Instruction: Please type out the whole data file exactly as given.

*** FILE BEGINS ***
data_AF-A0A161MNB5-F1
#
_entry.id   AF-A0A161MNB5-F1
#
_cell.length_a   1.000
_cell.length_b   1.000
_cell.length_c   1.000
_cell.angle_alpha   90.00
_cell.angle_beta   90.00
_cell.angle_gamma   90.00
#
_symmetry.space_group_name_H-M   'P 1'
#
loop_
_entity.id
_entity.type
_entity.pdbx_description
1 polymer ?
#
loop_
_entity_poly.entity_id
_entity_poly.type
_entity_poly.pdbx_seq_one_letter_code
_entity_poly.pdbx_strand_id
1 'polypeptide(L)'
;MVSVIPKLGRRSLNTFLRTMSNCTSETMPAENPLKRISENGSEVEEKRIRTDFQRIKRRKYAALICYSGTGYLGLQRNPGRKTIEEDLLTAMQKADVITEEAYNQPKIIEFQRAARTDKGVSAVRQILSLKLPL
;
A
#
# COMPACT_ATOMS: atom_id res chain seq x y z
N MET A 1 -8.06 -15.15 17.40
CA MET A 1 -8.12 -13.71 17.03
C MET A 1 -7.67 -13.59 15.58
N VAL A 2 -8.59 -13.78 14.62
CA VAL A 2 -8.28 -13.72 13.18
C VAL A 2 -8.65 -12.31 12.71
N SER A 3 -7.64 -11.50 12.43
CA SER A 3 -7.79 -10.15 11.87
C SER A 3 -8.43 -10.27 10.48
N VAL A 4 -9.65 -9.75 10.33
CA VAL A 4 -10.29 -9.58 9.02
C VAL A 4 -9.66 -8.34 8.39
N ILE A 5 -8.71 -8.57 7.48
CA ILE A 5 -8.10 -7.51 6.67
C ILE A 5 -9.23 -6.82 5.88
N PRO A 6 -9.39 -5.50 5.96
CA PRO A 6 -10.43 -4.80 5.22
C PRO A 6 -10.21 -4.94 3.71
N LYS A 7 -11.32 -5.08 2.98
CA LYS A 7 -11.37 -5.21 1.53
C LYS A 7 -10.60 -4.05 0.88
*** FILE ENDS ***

data_AF-A0A161MNB5-F1
#
_entry.id   AF-A0A161MNB5-F1
#
_cell.length_a   1.000
_cell.length_b   1.000
_cell.length_c   1.000
_cell.angle_alpha   90.00
_cell.angle_beta   90.00
_cell.angle_gamma   90.00
#
_symmetry.space_group_name_H-M   'P 1'
#
loop_
_entity.id
_entity.type
_entity.pdbx_description
1 polymer ?
#
loop_
_entity_poly.entity_id
_entity_poly.type
_entity_poly.pdbx_seq_one_letter_code
_entity_poly.pdbx_strand_id
1 'polypeptide(L)'
;MVSVIPKLGRRSLNTFLRTMSNCTSETMPAENPLKRISENGSEVEEKRIRTDFQRIKRRKYAALICYSGTGYLGLQRNPGRKTIEEDLLTAMQKADVITEEAYNQPKIIEFQRAARTDKGVSAVRQILSLKLPL
;
A
#
# COMPACT_ATOMS: atom_id res chain seq x y z
N MET A 1 -8.06 -15.15 17.40
CA MET A 1 -8.12 -13.71 17.03
C MET A 1 -7.67 -13.59 15.58
N VAL A 2 -8.59 -13.78 14.62
CA VAL A 2 -8.28 -13.72 13.18
C VAL A 2 -8.65 -12.31 12.71
N SER A 3 -7.64 -11.50 12.43
CA SER A 3 -7.79 -10.15 11.87
C SER A 3 -8.43 -10.27 10.48
N VAL A 4 -9.65 -9.75 10.33
CA VAL A 4 -10.29 -9.58 9.02
C VAL A 4 -9.66 -8.34 8.39
N ILE A 5 -8.71 -8.57 7.48
CA ILE A 5 -8.10 -7.51 6.67
C ILE A 5 -9.23 -6.82 5.88
N PRO A 6 -9.39 -5.50 5.96
CA PRO A 6 -10.43 -4.80 5.22
C PRO A 6 -10.21 -4.94 3.71
N LYS A 7 -11.32 -5.08 2.98
CA LYS A 7 -11.37 -5.21 1.53
C LYS A 7 -10.60 -4.05 0.88